Two conflicting goals of Joe Biden's tax plan
A robust corporate minimum tax? Or widely available business tax credits?
Many of the Biden campaign’s tax proposals involve giving tax credits to businesses. Consider the following policies Biden has proposed:
Establishing a “manufacturing communities tax credit” for companies that engage in “revitalizing, renovating, and modernizing existing – or recently closed down – facilities.”
Making permanent the solar investment tax credit, which is set to partially expire.
Providing tax credits for businesses that “upgrade equipment and processes, invest in expanded or new factories, and deploy low-carbon technologies.”
Establishing a “child care construction tax credit” for businesses that build workplace child care facilities.
Expanding the low-income housing tax credit by $10 billion.
Expanding the new markets tax credit to $5 billion a year and make the credit permanent.
Establishing a “Made in America Tax Credit” for companies that invest in U.S. facilities and U.S. jobs. (This one was announced just last week!)
Now, it’s no mystery why the Biden campaign likes the idea of using business tax credits to further their policy goals. As a matter of optics, it’s often easier to get people on board with a “tax cut” than with “new spending.” And as a matter of policy, tax programs are harder to get rid of than spending programs, because revenue provisions aren’t subject to the appropriations process.
But there can be downsides to enacting policy through business tax credits. And in the case of the Biden tax plan, there’s one significant downside that hasn’t been discussed much. It appears that Biden’s proposed business tax credits wouldn’t actually be available to all companies.
The Biden campaign has called for a new minimum tax on large corporations, to ensure that every corporation making over $100 million pays taxes of at least 15% of book income. It’s likely that many major U.S. corporations would be subject to Biden’s minimum tax, though it’s hard to say exactly how many.
Here’s the issue: The Biden campaign has given no indication that corporations will be allowed to use any business tax credits against the 15% minimum tax (except for the foreign tax credit). If so, corporations subject to the Biden minimum tax would be unable to claim all of the new business tax credits that the Biden campaign has proposed. And if there are fewer companies eligible to claim these tax credits, then the credits could be less effective at achieving their policy goals.
Let’s illustrate this with a simple example. Imagine that ProductionCo is a multinational enterprise that’s currently paying 10% of its book income in taxes. The Biden campaign wants ProductionCo to invest more in U.S. factories; that’s why they’ve called for a new Made in America Tax Credit. But, under the Biden tax plan, ProductionCo would be subject to a 15% minimum tax, which it would not be able to reduce using tax credits. Because ProductionCo won’t be able to benefit from the Made in America Tax Credit, it won’t have an increased incentive to invest in U.S. factories.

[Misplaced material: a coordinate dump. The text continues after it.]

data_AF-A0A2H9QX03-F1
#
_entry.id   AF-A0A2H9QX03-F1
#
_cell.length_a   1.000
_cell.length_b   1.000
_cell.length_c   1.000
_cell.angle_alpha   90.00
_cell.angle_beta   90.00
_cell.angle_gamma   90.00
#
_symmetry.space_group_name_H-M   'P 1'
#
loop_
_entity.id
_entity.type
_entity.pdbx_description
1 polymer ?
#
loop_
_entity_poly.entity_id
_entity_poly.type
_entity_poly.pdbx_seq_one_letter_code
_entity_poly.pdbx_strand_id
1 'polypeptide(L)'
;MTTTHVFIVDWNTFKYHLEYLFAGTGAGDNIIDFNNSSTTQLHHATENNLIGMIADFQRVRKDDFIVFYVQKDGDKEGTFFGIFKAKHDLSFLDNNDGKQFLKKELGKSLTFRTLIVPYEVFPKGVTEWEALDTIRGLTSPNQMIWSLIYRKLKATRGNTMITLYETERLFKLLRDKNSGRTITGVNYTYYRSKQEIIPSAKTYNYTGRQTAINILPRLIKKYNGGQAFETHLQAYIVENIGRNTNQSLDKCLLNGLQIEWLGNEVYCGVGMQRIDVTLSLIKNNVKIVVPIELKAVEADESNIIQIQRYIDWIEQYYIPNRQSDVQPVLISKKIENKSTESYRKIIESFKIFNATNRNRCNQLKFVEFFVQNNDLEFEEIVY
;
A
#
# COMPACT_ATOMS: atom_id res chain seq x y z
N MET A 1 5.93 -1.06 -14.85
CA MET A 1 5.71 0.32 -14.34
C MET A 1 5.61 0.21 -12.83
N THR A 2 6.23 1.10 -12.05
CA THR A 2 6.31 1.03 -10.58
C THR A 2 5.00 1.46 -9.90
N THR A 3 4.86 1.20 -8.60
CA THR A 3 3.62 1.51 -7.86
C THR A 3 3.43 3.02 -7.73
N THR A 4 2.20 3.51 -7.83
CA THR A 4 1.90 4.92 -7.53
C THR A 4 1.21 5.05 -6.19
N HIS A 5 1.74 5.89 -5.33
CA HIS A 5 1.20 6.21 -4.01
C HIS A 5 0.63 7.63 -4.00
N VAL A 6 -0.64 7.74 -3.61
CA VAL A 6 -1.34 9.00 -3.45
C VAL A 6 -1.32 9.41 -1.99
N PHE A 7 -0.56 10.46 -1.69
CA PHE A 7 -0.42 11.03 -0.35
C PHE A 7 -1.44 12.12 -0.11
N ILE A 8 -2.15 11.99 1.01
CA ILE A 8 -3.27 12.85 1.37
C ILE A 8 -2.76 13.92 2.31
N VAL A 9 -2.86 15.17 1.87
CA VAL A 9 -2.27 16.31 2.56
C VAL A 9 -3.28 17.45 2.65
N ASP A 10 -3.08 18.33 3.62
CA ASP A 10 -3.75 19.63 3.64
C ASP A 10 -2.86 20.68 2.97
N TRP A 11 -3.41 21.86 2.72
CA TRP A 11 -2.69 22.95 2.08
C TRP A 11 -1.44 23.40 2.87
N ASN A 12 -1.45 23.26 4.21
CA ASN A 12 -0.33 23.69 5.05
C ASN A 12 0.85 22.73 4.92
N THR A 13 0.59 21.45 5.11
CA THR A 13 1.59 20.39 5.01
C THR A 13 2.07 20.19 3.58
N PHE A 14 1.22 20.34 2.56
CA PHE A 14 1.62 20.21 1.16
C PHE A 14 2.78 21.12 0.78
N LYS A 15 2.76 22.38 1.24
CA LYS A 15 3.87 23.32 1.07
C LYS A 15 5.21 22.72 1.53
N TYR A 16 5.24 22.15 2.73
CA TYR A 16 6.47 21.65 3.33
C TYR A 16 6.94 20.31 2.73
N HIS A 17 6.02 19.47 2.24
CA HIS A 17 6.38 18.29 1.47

Now, the real story is a bit more complicated. There are two reasons why a corporation subject to the Biden minimum tax, like ProductionCo, might still be responsive to a Made in America Tax Credit.
First, unused business tax credits can generally be carried forward for up to twenty years. So ProductionCo might still have an incentive to invest in U.S. factories if 1) it did not expect to face the Biden minimum tax in a future tax year and 2) it were willing to patiently carry forward the Made in America tax credits until that year. That said, it would be quite difficult for companies to predict whether they would be subject to the Biden minimum tax in future years. Moreover, future tax credits are typically worth less to companies than present tax credits — so Biden’s minimum tax would still blunt the effectiveness of his proposed business tax credits by reducing their value.
Second, there are well-established tax strategies that allow companies to monetize (read: “sell”) tax credits that they would otherwise be unable to use. Many of these strategies involve forming an investment partnership with another taxpayer that is able to make use of the credits. So, in the example above, ProductionCo might still have an increased incentive to build U.S. factories if it could effectively sell the tax credits to some other business. Of course, these tax strategies aren’t costless: they require lawyers, contracts, and a counter-party. ProductionCo might decide that it’s not worth the hassle, and so might other companies subject to the Biden minimum tax.
In sum, it’s difficult to tell how just much Biden’s minimum tax would undermine the effectiveness of Biden’s proposed tax credits. We don’t how many corporations would be subject to the minimum tax, and we don’t know how much the minimum tax would weaken the incentive effects of the tax credits.
But stepping back, I think this discussion illustrates a larger tension within the Biden tax plan. It seems to me that the plan embodies two conflicting tax policy goals:
Goal #1: Enact policy through business tax credits
Goal #2: Ensure that no large corporation pays less than a 15% tax rate
If a Biden administration enacts large tax credits to incentivize business behavior, this will mean lower tax rates for many corporations. On the other hand, if a Biden administration enacts a robust corporate minimum tax, this will hinder the effectiveness of its proposed tax credits.
In the event that Biden prevails in this November’s election, it will be interesting to see how his administration navigates this tension.